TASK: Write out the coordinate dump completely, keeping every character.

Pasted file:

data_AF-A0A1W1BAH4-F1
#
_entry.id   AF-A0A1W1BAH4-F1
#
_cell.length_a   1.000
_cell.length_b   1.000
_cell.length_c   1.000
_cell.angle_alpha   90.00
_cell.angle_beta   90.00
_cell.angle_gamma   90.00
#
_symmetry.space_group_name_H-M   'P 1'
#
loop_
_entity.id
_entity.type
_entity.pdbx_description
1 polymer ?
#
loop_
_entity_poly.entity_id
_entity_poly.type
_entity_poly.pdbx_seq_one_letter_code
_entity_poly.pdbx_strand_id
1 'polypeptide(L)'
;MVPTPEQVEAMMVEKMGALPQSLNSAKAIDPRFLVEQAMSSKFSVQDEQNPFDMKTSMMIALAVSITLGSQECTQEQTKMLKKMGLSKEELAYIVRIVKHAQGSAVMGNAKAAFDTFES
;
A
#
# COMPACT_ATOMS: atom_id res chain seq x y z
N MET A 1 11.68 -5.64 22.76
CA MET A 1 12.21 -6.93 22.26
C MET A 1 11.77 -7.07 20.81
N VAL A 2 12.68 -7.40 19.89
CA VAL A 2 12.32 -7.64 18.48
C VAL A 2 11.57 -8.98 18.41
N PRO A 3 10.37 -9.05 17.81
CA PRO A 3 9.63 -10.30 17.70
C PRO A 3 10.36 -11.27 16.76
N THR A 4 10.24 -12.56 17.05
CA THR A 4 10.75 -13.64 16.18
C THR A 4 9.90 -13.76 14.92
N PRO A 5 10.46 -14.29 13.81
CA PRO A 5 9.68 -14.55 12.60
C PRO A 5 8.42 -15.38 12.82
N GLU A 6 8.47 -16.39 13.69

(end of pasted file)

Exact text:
data_AF-A0A1W1BAH4-F1
#
_entry.id   AF-A0A1W1BAH4-F1
#
_cell.length_a   1.000
_cell.length_b   1.000
_cell.length_c   1.000
_cell.angle_alpha   90.00
_cell.angle_beta   90.00
_cell.angle_gamma   90.00
#
_symmetry.space_group_name_H-M   'P 1'
#
loop_
_entity.id
_entity.type
_entity.pdbx_description
1 polymer ?
#
loop_
_entity_poly.entity_id
_entity_poly.type
_entity_poly.pdbx_seq_one_letter_code
_entity_poly.pdbx_strand_id
1 'polypeptide(L)'
;MVPTPEQVEAMMVEKMGALPQSLNSAKAIDPRFLVEQAMSSKFSVQDEQNPFDMKTSMMIALAVSITLGSQECTQEQTKMLKKMGLSKEELAYIVRIVKHAQGSAVMGNAKAAFDTFES
;
A
#
# COMPACT_ATOMS: atom_id res chain seq x y z
N MET A 1 11.68 -5.64 22.76
CA MET A 1 12.21 -6.93 22.26
C MET A 1 11.77 -7.07 20.81
N VAL A 2 12.68 -7.40 19.89
CA VAL A 2 12.32 -7.64 18.48
C VAL A 2 11.57 -8.98 18.41
N PRO A 3 10.37 -9.05 17.81
CA PRO A 3 9.63 -10.30 17.70
C PRO A 3 10.36 -11.27 16.76
N THR A 4 10.24 -12.56 17.05
CA THR A 4 10.75 -13.64 16.18
C THR A 4 9.90 -13.76 14.92
N PRO A 5 10.46 -14.29 13.81
CA PRO A 5 9.68 -14.55 12.60
C PRO A 5 8.42 -15.38 12.82
N GLU A 6 8.47 -16.39 13.69